FIONA LOONEY

KITCHEN SINK DRAMA

The Irish Mail on Sunday - TV Week - - PLANET CELEBRITY -

Screens. They were ev­ery­where when we were on hol­i­days. In ev­ery res­tau­rant, around ev­ery pool, un­der ev­ery para­sol, there were chil­dren watch­ing screens. Smart­phones, tablets, iPods, Nin­ten­dos, por­ta­ble DVD play­ers – there seemed to be a small screen for ev­ery child in Spain. In one res­tau­rant, we snooped on an ex­tended Ir­ish fam­ily – six adults, ten chil­dren, six glasses of wine, ten screens. They were un­de­ni­ably all hav­ing a lovely time.

We missed the dead­line for screens. On our first hol­i­day with The Small Girl, The Hus­band and I used to take turns walk­ing her in her buggy along the seafront while the other one ate din­ner. She was a howler, that one, who sim­ply re­fused to sit in a parked buggy and read a cloth book about a duck. As a re­sult, on that hol­i­day, we didn’t have a sin­gle meal to­gether. But it was in the car that we re­ally could have done with screens. In fact, when newer, younger par­ents com­plain to me about any as­pect of child-rear­ing now, I refuse to have any sym­pa­thy for them what­so­ever, be­cause they have never known the stress of trav­el­ling by car with chil­dren who do not have screens. Colic? I laugh at your colic. Eczema? A stroll in the park on a summer’s day. If you haven’t driven to Kerry with three small chil­dren in the back of the car and not a sin­gle screen with which to se­date them, you have not been to par­ent­ing hell, my friend.

The Hus­band, to his credit, main­tained that it was worse for me be­cause I was the frontseat pas­sen­ger. He, the des­ig­nated driver, could al­ways zone out a lit­tle from the back- seat may­hem. I, though, gen­uinely found it so stress­ful that for a cou­ple of years, I sim­ply re­fused to travel with them. It was the bick­er­ing, the squab­bling, the end­less ‘move your leg’, ‘stop touch­ing my foot,’ ‘he ate my crisps,’ ‘she spilled my juice’ that drove me so close to dis­trac­tion. For a cou­ple of years, The Boy, bored sense­less by the long jour­ney and the busi­ness of be­ing a boy, used to punch The Youngest in the arm about ten times an hour, caus­ing her to (over) re­act by yelp­ing like a stran­gled puppy. Some­times, to dis­tract them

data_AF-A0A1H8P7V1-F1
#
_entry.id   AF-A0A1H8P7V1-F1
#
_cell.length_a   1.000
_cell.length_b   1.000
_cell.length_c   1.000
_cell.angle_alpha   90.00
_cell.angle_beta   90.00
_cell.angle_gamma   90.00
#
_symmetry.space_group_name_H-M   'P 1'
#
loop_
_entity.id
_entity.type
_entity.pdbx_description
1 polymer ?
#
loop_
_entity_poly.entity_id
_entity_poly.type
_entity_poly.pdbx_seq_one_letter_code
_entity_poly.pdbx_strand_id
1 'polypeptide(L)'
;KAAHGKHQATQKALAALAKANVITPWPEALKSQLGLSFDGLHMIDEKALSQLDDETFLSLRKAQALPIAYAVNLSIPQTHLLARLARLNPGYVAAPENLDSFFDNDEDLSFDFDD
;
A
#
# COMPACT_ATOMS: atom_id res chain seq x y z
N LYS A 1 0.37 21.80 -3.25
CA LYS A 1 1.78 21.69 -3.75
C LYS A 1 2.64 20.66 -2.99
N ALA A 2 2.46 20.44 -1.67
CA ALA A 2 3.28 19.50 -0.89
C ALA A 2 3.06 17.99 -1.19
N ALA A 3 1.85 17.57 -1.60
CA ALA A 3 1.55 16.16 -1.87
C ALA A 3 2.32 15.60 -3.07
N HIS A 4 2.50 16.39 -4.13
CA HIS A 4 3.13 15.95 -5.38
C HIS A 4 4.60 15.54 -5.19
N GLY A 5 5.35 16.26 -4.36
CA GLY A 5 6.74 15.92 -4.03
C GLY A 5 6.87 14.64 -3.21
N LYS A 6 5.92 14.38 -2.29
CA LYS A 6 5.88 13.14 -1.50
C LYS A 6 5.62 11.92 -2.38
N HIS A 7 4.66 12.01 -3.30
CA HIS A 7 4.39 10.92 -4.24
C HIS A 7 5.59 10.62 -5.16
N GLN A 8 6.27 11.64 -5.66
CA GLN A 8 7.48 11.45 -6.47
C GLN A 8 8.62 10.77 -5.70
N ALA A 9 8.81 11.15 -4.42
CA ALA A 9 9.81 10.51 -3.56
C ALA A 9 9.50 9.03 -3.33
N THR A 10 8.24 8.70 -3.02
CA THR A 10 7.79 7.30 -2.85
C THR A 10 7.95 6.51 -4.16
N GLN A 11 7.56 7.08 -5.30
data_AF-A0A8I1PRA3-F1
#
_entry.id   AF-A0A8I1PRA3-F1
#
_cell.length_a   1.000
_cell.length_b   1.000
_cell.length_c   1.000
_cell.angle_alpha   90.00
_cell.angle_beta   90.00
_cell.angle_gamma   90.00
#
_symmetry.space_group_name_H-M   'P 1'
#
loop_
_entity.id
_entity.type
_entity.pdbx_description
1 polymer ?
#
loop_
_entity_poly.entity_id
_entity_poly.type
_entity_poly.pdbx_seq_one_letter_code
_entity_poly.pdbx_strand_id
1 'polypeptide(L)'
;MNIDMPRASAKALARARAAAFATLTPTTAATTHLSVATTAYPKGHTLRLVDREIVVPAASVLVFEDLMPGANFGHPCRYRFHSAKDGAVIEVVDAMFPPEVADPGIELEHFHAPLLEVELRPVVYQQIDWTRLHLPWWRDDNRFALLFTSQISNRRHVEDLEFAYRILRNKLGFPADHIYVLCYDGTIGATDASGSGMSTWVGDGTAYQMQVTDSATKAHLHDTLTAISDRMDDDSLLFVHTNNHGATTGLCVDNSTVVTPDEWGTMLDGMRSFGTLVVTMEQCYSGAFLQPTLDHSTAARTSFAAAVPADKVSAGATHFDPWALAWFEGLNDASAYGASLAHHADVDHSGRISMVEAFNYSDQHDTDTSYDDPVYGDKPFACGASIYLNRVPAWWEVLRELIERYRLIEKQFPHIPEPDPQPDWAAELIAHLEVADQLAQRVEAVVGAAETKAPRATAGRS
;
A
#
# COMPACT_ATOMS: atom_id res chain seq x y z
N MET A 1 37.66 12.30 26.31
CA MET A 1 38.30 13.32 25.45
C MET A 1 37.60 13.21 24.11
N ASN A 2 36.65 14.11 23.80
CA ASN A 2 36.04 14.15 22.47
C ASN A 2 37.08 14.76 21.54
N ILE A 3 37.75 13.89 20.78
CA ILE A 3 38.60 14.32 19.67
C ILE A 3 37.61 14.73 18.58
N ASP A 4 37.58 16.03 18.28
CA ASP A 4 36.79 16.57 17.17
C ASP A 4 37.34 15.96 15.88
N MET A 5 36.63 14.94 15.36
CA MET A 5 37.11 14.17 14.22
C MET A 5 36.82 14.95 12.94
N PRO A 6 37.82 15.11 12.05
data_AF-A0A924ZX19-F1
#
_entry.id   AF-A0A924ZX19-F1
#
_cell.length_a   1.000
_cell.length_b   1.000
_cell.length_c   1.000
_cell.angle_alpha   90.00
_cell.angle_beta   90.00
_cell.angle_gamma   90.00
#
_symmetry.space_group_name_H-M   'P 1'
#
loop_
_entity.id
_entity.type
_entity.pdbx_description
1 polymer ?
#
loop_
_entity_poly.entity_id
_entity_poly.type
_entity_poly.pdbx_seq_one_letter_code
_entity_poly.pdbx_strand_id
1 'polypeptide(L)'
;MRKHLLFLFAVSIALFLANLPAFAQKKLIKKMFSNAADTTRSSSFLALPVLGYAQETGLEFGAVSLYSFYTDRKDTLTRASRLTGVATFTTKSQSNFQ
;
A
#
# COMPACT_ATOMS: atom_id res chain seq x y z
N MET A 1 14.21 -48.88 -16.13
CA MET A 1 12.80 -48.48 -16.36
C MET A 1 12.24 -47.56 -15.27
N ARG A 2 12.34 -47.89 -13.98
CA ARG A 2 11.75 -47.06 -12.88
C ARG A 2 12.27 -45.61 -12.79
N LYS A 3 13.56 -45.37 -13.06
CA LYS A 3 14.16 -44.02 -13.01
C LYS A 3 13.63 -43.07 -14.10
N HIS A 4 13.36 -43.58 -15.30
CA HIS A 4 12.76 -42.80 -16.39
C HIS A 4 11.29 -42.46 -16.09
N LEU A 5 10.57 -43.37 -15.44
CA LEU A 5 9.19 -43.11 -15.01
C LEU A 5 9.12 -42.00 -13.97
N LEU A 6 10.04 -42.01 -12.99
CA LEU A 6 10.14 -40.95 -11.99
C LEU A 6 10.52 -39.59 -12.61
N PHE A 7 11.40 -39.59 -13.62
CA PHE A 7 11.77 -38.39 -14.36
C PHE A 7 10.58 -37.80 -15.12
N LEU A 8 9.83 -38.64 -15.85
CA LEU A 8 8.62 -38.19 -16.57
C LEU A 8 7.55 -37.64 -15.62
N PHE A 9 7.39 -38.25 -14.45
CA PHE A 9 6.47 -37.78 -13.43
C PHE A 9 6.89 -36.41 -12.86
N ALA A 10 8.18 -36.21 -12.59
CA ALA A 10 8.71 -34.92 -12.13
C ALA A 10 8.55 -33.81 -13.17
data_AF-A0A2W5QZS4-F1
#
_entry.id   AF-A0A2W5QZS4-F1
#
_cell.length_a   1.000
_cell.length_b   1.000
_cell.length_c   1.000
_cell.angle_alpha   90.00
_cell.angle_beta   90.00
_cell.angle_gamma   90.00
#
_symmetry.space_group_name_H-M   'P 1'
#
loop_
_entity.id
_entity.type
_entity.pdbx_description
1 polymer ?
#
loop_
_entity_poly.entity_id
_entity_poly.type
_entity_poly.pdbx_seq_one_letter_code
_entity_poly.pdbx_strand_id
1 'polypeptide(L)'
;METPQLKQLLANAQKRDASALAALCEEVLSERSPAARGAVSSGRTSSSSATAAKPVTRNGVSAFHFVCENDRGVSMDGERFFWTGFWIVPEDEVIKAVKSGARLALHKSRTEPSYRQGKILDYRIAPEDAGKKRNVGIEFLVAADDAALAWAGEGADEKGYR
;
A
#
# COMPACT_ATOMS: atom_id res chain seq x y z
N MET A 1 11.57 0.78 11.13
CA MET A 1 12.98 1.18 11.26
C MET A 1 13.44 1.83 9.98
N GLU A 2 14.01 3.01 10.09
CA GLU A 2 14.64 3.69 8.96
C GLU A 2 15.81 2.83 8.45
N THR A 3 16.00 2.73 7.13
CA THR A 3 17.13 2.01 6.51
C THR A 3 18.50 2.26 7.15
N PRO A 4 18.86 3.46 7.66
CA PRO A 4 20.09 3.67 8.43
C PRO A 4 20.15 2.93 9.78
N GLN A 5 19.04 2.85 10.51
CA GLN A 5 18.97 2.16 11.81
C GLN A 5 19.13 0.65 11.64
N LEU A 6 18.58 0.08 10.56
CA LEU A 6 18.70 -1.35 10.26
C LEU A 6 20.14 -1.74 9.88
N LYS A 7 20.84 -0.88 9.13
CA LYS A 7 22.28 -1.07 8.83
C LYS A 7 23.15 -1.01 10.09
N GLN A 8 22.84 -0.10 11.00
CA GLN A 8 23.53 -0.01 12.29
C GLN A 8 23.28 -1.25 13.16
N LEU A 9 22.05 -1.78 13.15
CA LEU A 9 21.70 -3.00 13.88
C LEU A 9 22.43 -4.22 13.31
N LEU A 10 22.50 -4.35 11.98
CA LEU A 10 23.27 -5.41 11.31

I’d try to get a game of I Spy go­ing in the car – a game that would then ef­fort­lessly de­scend into re­crim­i­na­tion

from each other, I’d try to get a game of I Spy go­ing in the car – a game that would then ef­fort­lessly de­scend into re­crim­i­na­tion and carnage. ‘I spy with my lit­tle eye some­thing begin­ning with T,’ The Youngest ven­tured one time, when she was about four. ‘A uni­corn,’ came The Boy’s con­sid­ered guess. ‘Cor­rect,’ said The Youngest. That was the level of it.

We tried loads of things. Count­ing cars of dif­fer­ent colours – a game that al­ways in­volved who­ever hadn’t cho­sen red or sil­ver col­laps­ing into tears. Say­ing the names of the coun­ties aloud from read­ing the reg plates – a very, very lim­ited pas­time on a mo­tor­way lead­ing out of Dublin – and a game called My Gaff, in­vented by my friend Rob­bie and me in the 1980s, which in­volves point­ing to fancy houses on the side of the road and shout­ing ‘my gaff,’ then point­ing at wrecks and ru­ins and shout­ing ‘your gaff’ (ac­tu­ally, this is far more fun than it sounds, though still prob­a­bly not as much fun as watch­ing back-to- back episodes of Dora The Ex­plorer on an iPad. Also, there are no gaffs on mo­tor­ways).

I re­mem­ber once talk­ing to my Dad about all of this, and he re­minded me of the ex­quis­ite tor­ture the four of us used to ad­min­is­ter to our par­ents on long car jour­neys. Ad­mit­tedly, most of these jour­neys did be­gin with my brother an­nounc­ing aloud his in­ten­tion to ‘ tease, thwart and tor­ment’ my lit­tle sis­ter all the way to West Cork – and then be­ing as good as his word – but as I pointed out to my Dad, at least there was stuff to see out the win­dows then. In the case of our fam­ily, this did fa­cil­i­tate my older sis­ter read­ing aloud, from The Shell Guide To Ire­land, de­scrip­tions and his­to­ries of ev­ery town through which we passed, while chaos reigned on the seat be­side her – but My Gaff would have been bril­liant back then.

Now I have teenagers and, fi­nally, screens. And be­cause one of the for­mer is six foot tall, I now sit in the back of the car for the trip to Kerry, sand­wiched be­tween two screens show­ing films I don’t want to watch. Not for the first time in my life, it oc­curs to me that my tim­ing sucks.

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